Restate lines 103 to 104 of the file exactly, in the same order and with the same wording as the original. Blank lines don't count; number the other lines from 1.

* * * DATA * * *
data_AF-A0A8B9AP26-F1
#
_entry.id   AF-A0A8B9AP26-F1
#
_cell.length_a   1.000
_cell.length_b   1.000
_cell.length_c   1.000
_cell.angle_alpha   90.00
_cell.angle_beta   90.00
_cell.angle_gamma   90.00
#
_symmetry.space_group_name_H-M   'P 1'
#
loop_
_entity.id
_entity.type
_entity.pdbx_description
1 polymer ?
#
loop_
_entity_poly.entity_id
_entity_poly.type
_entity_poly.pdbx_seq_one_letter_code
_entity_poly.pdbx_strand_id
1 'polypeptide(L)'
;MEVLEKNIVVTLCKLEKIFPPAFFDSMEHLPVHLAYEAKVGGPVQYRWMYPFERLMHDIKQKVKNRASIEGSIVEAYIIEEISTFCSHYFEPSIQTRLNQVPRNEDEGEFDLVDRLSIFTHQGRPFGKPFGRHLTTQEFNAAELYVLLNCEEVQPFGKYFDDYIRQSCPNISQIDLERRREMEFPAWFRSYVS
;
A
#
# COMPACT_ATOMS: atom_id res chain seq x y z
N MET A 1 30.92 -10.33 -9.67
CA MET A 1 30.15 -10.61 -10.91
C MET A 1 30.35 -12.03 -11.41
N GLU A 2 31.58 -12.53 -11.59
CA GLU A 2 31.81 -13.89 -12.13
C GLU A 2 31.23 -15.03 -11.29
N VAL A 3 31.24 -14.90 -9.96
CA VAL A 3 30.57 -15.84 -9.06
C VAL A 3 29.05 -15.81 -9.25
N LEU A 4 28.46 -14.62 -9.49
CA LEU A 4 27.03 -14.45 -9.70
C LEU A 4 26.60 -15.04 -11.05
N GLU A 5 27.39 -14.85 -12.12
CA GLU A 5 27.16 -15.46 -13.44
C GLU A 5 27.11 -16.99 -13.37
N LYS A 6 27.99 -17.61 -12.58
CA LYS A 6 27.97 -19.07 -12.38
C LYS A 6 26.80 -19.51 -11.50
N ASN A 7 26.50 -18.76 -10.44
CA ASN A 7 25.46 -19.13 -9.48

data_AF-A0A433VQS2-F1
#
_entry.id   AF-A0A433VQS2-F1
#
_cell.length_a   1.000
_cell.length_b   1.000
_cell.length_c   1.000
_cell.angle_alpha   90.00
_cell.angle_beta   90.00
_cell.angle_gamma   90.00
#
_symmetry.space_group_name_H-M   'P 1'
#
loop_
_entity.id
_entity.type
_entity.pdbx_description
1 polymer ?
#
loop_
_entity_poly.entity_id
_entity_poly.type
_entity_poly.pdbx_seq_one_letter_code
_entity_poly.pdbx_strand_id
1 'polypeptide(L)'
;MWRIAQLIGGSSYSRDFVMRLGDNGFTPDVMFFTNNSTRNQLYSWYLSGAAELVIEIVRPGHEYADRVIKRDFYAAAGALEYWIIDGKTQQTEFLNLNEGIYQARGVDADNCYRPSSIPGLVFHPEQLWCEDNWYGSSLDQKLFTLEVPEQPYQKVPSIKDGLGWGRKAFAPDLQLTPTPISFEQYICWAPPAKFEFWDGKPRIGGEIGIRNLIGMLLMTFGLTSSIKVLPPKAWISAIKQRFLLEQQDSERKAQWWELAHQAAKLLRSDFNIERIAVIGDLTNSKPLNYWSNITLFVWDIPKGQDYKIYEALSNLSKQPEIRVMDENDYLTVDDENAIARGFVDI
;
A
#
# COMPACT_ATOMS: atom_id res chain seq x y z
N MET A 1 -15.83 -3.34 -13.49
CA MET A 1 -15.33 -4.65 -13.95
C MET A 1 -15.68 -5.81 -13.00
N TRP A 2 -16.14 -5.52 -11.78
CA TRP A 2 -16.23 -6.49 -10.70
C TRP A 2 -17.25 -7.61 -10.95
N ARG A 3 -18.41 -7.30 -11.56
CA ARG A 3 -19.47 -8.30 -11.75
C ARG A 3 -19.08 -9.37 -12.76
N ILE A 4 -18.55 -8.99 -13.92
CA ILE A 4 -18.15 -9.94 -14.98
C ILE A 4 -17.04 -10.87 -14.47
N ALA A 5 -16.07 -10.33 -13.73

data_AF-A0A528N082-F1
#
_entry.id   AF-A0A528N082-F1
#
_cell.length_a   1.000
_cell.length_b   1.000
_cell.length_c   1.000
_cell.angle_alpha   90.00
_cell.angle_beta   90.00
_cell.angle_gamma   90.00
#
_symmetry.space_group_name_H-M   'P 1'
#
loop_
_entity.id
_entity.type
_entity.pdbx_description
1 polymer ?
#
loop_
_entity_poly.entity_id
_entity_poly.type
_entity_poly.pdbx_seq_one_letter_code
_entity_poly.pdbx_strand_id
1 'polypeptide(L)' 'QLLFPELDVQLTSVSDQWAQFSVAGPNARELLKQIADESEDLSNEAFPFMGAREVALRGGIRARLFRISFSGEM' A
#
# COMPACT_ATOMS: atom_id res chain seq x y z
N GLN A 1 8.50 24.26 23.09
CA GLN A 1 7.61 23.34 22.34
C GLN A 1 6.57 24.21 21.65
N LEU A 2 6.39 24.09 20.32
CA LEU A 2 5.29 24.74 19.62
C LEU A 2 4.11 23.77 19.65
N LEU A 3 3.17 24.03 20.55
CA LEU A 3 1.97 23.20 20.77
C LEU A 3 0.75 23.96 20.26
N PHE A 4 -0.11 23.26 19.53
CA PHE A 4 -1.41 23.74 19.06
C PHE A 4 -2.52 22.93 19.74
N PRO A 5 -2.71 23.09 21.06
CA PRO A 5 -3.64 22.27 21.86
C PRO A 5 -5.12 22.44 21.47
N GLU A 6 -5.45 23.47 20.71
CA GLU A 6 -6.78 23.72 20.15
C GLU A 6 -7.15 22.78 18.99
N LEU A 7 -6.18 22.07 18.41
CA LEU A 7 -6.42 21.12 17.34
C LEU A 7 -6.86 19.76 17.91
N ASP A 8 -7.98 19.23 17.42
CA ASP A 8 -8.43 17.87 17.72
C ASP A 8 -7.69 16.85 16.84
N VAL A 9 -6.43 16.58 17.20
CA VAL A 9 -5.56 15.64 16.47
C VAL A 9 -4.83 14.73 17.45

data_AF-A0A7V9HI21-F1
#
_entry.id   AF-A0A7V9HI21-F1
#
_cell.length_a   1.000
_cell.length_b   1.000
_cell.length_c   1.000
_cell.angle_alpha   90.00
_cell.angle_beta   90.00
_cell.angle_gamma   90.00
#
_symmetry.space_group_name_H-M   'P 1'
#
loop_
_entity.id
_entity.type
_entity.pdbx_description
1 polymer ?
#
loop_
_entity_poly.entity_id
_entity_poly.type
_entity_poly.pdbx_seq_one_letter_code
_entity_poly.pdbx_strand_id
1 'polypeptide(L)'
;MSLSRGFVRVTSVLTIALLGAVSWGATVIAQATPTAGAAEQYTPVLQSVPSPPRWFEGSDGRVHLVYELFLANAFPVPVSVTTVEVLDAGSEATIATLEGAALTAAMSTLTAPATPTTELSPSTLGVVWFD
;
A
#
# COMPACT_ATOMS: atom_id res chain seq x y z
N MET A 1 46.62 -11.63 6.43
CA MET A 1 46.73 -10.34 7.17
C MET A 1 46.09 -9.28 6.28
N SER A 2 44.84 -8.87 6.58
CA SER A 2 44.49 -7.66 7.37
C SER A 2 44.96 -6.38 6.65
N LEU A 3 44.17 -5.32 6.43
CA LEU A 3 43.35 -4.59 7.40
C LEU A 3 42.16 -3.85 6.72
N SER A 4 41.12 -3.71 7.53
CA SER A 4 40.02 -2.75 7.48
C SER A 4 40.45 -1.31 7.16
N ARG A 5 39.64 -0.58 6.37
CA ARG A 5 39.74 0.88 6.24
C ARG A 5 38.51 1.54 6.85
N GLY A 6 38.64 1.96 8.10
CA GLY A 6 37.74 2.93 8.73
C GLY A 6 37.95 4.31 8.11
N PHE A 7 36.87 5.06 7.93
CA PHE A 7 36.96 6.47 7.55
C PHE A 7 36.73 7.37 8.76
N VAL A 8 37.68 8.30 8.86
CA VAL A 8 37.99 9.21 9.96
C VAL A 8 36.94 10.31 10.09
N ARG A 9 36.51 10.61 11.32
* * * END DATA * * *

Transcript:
_cell.angle_gamma   90.00
#